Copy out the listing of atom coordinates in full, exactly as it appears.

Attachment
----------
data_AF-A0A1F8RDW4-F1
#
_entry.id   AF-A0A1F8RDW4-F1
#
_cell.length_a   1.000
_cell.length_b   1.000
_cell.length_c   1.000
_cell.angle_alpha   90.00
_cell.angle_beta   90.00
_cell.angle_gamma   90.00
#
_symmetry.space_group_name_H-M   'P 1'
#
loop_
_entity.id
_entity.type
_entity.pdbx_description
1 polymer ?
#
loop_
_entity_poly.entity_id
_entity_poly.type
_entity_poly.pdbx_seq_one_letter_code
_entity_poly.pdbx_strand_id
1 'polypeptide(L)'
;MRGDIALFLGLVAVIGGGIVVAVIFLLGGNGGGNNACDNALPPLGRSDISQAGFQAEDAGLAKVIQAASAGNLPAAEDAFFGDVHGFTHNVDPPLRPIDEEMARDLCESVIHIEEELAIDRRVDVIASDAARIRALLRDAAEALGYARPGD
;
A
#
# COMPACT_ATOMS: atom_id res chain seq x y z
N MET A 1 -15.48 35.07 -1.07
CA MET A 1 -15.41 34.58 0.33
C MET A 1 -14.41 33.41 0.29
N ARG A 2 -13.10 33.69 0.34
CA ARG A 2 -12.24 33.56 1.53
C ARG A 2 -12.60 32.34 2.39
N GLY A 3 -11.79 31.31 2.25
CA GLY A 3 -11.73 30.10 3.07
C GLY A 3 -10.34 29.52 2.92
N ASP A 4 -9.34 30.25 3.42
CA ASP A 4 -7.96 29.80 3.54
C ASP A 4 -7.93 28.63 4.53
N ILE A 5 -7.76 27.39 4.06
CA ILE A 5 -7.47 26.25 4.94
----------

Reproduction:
data_AF-A0A1F8RDW4-F1
#
_entry.id   AF-A0A1F8RDW4-F1
#
_cell.length_a   1.000
_cell.length_b   1.000
_cell.length_c   1.000
_cell.angle_alpha   90.00
_cell.angle_beta   90.00
_cell.angle_gamma   90.00
#
_symmetry.space_group_name_H-M   'P 1'
#
loop_
_entity.id
_entity.type
_entity.pdbx_description
1 polymer ?
#
loop_
_entity_poly.entity_id
_entity_poly.type
_entity_poly.pdbx_seq_one_letter_code
_entity_poly.pdbx_strand_id
1 'polypeptide(L)'
;MRGDIALFLGLVAVIGGGIVVAVIFLLGGNGGGNNACDNALPPLGRSDISQAGFQAEDAGLAKVIQAASAGNLPAAEDAFFGDVHGFTHNVDPPLRPIDEEMARDLCESVIHIEEELAIDRRVDVIASDAARIRALLRDAAEALGYARPGD
;
A
#
# COMPACT_ATOMS: atom_id res chain seq x y z
N MET A 1 -15.48 35.07 -1.07
CA MET A 1 -15.41 34.58 0.33
C MET A 1 -14.41 33.41 0.29
N ARG A 2 -13.10 33.69 0.34
CA ARG A 2 -12.24 33.56 1.53
C ARG A 2 -12.60 32.34 2.39
N GLY A 3 -11.79 31.31 2.25
CA GLY A 3 -11.73 30.10 3.07
C GLY A 3 -10.34 29.52 2.92
N ASP A 4 -9.34 30.25 3.42
CA ASP A 4 -7.96 29.80 3.54
C ASP A 4 -7.93 28.63 4.53
N ILE A 5 -7.76 27.39 4.06
CA ILE A 5 -7.47 26.25 4.94